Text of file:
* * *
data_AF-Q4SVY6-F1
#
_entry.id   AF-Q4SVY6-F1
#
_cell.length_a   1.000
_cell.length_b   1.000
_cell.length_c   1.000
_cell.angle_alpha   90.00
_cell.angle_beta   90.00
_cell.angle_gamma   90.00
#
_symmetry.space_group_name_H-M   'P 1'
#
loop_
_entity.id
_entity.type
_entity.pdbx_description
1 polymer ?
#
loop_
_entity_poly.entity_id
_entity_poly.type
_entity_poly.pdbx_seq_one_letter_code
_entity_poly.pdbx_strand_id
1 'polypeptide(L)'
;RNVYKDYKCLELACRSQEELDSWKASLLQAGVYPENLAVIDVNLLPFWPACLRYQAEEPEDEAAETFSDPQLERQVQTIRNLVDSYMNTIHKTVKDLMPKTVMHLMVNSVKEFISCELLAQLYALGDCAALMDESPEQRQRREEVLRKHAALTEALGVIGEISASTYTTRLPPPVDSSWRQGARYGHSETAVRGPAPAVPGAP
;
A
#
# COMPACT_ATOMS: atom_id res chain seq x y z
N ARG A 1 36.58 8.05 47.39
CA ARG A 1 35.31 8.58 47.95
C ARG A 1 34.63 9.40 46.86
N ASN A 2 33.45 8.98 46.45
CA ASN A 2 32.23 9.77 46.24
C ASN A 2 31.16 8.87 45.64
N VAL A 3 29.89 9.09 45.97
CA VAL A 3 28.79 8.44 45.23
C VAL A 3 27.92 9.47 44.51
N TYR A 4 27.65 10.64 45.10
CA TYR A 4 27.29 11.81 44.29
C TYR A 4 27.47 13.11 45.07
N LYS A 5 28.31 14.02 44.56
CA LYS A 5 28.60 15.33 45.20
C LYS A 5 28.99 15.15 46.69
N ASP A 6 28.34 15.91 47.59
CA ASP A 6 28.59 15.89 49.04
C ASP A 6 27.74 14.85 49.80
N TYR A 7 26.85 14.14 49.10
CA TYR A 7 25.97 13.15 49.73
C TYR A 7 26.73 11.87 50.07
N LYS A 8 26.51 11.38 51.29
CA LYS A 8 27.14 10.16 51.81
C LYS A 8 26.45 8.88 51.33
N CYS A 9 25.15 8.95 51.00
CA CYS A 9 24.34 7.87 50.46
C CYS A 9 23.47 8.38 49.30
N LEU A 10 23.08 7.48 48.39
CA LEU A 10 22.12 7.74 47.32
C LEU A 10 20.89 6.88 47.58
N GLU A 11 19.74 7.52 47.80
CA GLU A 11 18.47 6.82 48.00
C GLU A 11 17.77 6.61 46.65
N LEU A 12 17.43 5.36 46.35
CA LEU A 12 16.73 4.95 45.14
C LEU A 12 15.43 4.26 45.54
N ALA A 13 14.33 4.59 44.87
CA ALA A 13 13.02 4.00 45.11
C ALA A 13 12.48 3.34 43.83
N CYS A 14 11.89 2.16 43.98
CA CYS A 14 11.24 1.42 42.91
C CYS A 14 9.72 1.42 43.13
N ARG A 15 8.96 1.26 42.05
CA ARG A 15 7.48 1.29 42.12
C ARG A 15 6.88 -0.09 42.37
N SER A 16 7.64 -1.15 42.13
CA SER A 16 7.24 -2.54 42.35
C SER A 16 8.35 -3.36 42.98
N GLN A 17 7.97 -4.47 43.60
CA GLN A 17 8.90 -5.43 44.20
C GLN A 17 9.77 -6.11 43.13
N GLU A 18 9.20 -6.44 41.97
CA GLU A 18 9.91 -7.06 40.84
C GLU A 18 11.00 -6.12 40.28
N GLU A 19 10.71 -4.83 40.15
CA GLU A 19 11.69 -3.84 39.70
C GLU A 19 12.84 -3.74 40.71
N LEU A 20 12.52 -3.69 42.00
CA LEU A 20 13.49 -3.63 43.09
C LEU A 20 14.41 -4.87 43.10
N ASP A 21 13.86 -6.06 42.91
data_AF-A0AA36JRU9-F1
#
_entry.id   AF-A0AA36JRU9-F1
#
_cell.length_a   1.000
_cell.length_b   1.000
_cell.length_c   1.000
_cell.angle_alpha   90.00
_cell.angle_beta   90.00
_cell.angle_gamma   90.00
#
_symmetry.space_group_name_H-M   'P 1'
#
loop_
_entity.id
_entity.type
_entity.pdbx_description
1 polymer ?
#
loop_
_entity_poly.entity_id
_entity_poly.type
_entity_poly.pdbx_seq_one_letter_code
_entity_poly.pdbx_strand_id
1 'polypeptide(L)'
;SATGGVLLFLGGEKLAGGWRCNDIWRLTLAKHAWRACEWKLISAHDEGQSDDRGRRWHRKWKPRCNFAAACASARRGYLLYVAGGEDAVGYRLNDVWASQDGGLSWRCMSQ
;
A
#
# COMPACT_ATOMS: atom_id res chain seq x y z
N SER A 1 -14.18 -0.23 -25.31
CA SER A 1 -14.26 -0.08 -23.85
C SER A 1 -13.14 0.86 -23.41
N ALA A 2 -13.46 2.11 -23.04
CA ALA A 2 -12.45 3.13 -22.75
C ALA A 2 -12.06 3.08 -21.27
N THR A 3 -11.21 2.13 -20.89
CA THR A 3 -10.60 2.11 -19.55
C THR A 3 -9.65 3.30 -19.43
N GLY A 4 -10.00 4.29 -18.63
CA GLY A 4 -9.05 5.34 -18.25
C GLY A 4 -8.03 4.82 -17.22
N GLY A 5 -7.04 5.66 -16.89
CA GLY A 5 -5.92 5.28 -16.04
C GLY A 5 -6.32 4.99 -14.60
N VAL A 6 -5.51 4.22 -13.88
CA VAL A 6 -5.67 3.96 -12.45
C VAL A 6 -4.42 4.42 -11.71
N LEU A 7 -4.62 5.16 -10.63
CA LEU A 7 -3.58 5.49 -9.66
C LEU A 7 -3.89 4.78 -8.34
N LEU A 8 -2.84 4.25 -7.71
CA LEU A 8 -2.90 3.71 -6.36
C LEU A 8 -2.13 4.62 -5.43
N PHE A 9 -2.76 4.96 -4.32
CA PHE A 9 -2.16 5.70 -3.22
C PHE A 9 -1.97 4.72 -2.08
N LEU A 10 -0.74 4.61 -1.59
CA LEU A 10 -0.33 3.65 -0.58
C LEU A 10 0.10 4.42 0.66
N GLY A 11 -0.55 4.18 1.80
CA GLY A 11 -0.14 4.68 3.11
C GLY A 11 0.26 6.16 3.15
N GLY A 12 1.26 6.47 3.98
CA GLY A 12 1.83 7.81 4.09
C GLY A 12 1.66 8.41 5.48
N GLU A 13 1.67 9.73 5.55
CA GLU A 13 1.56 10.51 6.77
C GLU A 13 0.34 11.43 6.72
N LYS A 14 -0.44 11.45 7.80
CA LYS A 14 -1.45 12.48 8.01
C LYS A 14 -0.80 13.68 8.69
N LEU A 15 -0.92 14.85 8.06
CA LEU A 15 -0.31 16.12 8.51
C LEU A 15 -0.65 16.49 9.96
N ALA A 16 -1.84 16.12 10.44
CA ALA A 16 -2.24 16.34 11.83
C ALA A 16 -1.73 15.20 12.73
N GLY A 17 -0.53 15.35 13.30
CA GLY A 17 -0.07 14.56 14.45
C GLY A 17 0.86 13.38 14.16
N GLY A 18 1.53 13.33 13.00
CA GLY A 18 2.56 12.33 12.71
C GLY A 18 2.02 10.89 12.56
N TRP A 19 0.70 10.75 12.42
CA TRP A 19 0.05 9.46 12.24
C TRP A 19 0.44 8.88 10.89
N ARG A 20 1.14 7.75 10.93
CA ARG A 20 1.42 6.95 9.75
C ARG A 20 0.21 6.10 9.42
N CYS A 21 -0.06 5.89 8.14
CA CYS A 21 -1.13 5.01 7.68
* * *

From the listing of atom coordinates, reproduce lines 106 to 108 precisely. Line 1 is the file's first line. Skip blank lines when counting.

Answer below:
_entity.id
_entity.type
_entity.pdbx_description